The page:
The 98th percentile isn’t good enough. You have to be the best.
Yes, it’s possible to make a living as a writer
I currently make more than the average middle class salary each month from subscription revenue alone. People are willing to pay money for good writing.
High-quality writing is so rare that when people find it they can’t open their wallets fast enough. A great writer can change the way you view the world and the way you live your life just by how he arranges words on a screen.
Think about how profound that is.
Every day you skim through multiple articles, e-mails, and social media feeds. Most of it mediocre noise. But every once in a while you come across something that snaps you out of the dull haze of your modern lifestyle. It makes your mundane surroundings feel as meaningful as they once felt when you were a little kid, even if the feeling only lasts for a moment.
That’s what people are paying money for.
They aren’t subscribing for utilitarian reasons. Just having knowledge about a topic isn’t enough. You have to give your readers the profound feeling that they’re seeking, even if they don’t consciously know that that’s what they want.
It’s not for everyone. To be a good writer means that you have to fully embody Nietzsche’s advice and “become who you are” (I bring this quote up a lot). You have to leave a part of yourself in your writing if you want to have a shot at making it. And that only applies if you’re talented. The real tragic part is that, for most people, putting their personality into their writing won’t help them at all because what they are is the living embodiment of mediocrity in human form.
If you’re a “regular guy” then no one will ever give a shit what you have to say. You have to be somebody. If you’re an empty vessel then it’s game over. Your readers’ minds are the ones who are empty (in a sense), and you have to fill them up with content that reflects your world view and makes them think in a way that’s different from what they’re accustomed to.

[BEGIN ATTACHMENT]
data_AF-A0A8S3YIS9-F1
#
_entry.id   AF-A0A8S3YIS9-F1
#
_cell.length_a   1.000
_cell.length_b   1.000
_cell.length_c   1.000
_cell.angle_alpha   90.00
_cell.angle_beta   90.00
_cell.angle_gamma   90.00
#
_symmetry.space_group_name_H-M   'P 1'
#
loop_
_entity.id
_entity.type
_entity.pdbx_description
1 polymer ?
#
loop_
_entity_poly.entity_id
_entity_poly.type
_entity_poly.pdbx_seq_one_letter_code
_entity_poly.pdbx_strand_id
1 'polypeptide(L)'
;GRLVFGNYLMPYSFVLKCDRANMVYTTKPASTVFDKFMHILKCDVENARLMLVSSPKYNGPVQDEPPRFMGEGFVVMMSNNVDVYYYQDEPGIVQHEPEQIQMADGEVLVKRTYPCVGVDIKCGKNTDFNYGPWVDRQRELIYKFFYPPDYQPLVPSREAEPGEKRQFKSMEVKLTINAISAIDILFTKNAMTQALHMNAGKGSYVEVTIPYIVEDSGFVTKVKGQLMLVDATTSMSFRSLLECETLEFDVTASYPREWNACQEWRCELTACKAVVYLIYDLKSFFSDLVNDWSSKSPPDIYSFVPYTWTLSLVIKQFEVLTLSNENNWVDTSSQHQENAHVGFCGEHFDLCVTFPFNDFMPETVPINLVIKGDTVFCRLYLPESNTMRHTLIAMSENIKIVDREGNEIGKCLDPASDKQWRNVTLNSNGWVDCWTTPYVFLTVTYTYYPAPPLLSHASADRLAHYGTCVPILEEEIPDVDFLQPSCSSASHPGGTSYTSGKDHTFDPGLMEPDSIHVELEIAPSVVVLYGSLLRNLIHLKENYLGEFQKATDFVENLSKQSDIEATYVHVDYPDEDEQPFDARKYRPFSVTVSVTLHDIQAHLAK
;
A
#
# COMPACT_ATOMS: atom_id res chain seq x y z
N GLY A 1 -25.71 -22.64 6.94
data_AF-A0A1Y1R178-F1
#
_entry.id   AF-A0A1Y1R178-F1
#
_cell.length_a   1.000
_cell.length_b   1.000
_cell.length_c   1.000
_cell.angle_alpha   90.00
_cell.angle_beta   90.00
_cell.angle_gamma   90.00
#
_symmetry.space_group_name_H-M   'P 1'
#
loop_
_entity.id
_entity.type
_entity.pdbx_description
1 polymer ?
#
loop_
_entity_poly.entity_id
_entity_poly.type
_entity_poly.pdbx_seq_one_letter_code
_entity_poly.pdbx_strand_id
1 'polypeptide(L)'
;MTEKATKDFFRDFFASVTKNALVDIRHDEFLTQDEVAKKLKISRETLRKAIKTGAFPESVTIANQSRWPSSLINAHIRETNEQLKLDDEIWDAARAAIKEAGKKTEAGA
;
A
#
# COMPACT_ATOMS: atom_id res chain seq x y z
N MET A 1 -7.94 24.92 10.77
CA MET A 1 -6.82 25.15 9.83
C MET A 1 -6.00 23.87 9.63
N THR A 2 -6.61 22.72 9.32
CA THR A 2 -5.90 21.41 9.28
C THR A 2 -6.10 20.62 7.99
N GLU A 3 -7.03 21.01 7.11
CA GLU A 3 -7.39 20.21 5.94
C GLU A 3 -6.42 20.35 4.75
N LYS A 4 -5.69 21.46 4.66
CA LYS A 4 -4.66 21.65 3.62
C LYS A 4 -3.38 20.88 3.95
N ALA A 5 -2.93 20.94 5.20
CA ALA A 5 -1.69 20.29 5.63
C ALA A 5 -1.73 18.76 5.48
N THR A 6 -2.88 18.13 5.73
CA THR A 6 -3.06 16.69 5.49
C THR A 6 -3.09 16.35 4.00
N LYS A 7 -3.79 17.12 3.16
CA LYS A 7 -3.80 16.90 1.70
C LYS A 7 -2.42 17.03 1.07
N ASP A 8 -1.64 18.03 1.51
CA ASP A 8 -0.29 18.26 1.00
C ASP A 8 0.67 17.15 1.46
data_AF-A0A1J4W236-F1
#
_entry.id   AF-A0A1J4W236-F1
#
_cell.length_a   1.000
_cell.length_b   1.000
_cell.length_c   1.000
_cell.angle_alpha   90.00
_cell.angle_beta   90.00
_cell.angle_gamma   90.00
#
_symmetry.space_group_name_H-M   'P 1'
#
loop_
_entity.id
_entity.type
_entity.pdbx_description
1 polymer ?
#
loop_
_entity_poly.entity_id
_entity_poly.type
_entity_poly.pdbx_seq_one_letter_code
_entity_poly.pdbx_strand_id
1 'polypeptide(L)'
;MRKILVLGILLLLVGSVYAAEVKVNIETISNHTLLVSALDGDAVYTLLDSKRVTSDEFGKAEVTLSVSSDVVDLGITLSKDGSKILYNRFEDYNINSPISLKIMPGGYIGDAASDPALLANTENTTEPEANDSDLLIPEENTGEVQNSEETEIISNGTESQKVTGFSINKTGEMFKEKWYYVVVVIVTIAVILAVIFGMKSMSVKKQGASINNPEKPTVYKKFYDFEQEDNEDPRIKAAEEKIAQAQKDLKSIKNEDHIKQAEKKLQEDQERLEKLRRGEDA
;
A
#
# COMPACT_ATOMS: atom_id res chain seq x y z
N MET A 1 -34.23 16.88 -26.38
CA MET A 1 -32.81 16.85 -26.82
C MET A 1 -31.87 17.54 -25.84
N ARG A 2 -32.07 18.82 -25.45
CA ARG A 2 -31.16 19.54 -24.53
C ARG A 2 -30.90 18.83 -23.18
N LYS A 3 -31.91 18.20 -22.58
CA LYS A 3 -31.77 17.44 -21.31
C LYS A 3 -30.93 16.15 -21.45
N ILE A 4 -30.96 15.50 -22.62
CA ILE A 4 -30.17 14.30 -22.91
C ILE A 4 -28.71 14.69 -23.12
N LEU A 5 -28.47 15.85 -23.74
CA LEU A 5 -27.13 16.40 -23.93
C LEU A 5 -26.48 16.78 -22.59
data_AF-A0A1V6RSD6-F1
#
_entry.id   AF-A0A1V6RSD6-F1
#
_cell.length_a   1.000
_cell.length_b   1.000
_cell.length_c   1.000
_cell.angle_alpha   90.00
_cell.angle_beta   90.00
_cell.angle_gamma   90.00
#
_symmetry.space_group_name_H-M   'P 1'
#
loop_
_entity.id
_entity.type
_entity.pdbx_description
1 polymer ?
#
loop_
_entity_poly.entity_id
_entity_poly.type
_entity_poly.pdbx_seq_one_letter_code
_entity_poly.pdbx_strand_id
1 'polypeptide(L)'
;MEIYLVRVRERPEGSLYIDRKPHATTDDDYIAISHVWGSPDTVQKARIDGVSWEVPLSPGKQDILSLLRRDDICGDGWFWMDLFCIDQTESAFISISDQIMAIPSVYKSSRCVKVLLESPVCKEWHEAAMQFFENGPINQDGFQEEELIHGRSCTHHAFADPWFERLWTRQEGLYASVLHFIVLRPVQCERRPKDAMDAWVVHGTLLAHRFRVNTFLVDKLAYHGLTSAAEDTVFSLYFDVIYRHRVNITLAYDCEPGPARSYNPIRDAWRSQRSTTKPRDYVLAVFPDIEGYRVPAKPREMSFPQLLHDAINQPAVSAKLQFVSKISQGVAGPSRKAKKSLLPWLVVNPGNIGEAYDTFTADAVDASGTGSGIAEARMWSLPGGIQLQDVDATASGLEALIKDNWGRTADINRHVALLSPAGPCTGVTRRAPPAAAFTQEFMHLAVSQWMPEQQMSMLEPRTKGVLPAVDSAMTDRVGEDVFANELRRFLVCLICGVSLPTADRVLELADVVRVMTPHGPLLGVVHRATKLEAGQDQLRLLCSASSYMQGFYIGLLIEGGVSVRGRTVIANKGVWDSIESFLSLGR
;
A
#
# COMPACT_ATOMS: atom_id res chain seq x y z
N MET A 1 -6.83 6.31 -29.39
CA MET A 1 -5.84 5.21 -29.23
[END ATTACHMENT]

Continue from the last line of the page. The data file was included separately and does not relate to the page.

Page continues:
In the past year I learned a lot about a very different type of content business from the affiliate sites that I’m used to running.
There are benefits and disadvantages to both. Overall I’d say that creating a successful Authority Site is much easier because you’re marketing to stupid people (and because the writing doesn’t have to be good enough to pay for).
The average intelligence level of a Substack reader is MUCH HIGHER than what you’ll find in genpop. You guys keep me on my toes every day and make sure that I have to push myself to keep creating high-quality content.
I can’t wait until August 2023 so I can write about the lessons I learn this year.
Free articles on Second Income Strategies are supported by:
►Jasper AI - Use an AI assistant to write your content faster and easier. Jasper creates original content for meta descriptions, emails, subheadings, post headlines, website copy, and more. I use this tool to automate some of my content creation and free up valuable time to focus on higher-level tasks.
►Namecheap - Set up your first website with a few clicks. Follow an easy and intuitive process to set up a domain name and hosting. This is the first hosting provider I used and is great for beginners.
► Surfer SEO - Learn the exact phrases you should use in your articles to help them rank. After entering a keyword Surfer gives you an exact word count, image count, paragraph count, and specific keyphrases so you can boost your article to page 1 in Google. I consider this a “must-have” tool.